That’s the trouble with those old dogs – you just can’t teach ’em new tricks 😉 Bless. What they are saying is that we need young scientists and engineers – the Zuckerberg doctrine at work.
I have heard the theory that while the artistic side of CP Snow’s Two Cultures deepens and matures with age Zuckerberg may have a point in technology that young people are just smarter – it seems echoed at GOV.UK 😉 I also observe that companies can’t be bothered to train young people in their specialisms these days – to wit:
A representative of one of the major engineering companies noted, “For mechanical engineering, I would agree [there is no shortage]. However, for electrical / electronics, there are simply not enough graduates with the right degree and employers are trying to recruit from a small pool of those with the right degree content (i.e. higher-voltage direct current is a pre-requisite for the transmission and distribution industry: there the supply of graduates is inadequate)”.
You, Mr Representative, are the problem, because of the fecklessness of your company. When I joined the BBC, with their specialism of colour TV, they damn well trained their graduate entry for a few weeks into the intricacies of the subject at their training facility in Wood Norton. You go to university to learn how to learn, and grasp the high-level aspects of your chosen field. Exactly what part of investing in people does this damn company not understand?
The upshot seems to be that the Government wants to spend less on pensions tax relief, and in particular less on pensions tax relief for the well-heeled. This was also a theme of the Coalition government before this one. The Tories clearly have the interests of old money at heart with their fondness for inherited wealth and the iniquity that goes with that encouraged in the Summer Budget, but they are perhaps less fond of the nouveaux riche and their tax avoidance through the pension system. Hence the double targeting of the lifetime allowance, aiming to limit tax-advantaged pension income to about £40k (SWR of 4% on a lifetime allowance that seems to be trending towards £1,000,000, currently £1,250,000) and limiting the annual contribution rate to £40,000. The combination seems a bit rough – elementary arithmetic shows a young pup in the finance industry could just about make it, if he gets his running shoes on and saves the full £40k every year from graduating at 21 to becoming a greybeard at 52 (how many 52-year olds are there in finance?) but he better not want to buy a house, he needs to be prepared to eat ramen in those first few years and not inflate his lifestyle. In practice it’s not quite as bad as that, compound interest typically doubles the real value of savings over a 40-year working life, but it’s not going to be easy to reach the lifetime allowance with the annual allowance.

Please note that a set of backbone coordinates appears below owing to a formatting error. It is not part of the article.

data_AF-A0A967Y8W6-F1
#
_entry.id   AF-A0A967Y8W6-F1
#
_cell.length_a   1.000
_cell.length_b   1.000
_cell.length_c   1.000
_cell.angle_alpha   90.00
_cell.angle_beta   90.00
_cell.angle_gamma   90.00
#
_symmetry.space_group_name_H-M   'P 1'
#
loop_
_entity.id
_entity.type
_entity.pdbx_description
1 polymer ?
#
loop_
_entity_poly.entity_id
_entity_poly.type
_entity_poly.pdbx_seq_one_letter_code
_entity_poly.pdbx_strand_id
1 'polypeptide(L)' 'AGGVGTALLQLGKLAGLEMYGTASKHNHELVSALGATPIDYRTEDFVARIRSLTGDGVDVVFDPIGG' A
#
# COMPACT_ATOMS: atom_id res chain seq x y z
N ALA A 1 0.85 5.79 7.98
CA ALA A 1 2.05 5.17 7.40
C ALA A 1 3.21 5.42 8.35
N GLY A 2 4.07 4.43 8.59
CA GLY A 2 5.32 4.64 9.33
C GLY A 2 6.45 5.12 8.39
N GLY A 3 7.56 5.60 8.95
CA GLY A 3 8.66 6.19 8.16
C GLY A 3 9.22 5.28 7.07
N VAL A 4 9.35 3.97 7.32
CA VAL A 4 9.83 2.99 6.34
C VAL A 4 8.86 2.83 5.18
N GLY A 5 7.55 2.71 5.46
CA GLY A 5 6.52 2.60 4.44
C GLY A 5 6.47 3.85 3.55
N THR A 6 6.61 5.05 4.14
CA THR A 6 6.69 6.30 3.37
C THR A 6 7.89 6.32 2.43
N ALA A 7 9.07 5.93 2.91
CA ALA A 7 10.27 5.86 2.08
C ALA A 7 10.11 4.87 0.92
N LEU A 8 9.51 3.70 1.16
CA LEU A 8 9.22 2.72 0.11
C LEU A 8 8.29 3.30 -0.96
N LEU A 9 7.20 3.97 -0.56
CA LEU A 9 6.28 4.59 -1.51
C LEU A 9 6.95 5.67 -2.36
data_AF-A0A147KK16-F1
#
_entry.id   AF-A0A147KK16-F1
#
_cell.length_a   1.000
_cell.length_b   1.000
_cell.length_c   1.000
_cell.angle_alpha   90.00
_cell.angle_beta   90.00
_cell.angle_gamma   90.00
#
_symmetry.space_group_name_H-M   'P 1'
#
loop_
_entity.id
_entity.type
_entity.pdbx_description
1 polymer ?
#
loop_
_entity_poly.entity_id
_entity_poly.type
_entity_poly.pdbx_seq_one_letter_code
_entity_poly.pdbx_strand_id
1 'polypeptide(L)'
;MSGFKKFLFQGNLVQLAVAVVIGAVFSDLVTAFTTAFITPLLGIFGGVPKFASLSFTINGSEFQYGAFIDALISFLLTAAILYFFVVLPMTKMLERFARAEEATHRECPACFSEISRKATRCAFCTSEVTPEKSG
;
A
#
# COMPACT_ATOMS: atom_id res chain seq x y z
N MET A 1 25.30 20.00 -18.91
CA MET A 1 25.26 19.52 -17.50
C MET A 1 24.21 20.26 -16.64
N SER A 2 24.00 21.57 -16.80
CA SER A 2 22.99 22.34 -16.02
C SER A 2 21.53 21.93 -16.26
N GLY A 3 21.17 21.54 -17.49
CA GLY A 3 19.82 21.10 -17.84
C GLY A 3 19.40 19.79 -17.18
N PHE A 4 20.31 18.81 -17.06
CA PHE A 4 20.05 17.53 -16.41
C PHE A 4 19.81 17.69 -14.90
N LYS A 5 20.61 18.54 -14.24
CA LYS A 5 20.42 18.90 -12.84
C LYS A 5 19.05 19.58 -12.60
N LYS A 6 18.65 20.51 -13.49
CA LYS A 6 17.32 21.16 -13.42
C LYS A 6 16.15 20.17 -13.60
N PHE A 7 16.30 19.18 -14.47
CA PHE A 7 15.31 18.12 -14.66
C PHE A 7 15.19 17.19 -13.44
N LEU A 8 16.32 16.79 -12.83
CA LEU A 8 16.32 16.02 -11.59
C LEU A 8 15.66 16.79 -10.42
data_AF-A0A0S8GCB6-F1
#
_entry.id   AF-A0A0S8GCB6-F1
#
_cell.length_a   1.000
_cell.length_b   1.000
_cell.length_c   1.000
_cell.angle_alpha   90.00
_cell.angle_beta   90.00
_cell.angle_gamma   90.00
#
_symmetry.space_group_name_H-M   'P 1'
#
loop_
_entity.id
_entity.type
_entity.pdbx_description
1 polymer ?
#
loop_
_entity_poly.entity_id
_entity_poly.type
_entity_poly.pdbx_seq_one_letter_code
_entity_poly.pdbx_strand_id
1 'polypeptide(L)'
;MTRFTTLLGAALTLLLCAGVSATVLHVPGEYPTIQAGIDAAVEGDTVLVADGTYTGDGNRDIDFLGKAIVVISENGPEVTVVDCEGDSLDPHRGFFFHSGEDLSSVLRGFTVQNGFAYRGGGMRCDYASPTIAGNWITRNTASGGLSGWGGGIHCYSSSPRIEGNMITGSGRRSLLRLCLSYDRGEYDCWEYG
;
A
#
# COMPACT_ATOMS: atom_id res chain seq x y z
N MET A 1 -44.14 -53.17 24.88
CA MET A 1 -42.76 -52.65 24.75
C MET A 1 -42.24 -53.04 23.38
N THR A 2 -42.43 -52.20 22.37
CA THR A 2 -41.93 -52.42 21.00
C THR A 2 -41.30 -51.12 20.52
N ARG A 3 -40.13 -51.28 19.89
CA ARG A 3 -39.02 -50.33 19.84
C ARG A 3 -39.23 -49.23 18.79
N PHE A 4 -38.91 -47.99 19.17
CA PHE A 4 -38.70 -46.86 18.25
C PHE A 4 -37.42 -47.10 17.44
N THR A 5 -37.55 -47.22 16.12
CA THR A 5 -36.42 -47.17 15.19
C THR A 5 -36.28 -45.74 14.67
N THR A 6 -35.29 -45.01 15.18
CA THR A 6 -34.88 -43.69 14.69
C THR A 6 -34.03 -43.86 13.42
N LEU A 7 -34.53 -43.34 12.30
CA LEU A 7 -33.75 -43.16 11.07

I don’t understand the double whammy. There’s a case to be made for the lifetime allowance – there’s no need to tax-favour pension incomes of more than twice the median wage, but I don’t really see the point of the annual allowance limitation. And I certainly don’t agree with having both limits in place – one of the other seems okay. People’s careers vary much more than they used to, and the lifetime allowance sets a target of saying ‘this much income can be saved tax-advantaged, no more’. The annual allowance arbitrarily limits the capacity of the feckless Johnny-come-latelys to fix their pension savings in their forties and fifties – not everybody is a Steady Eddie on this.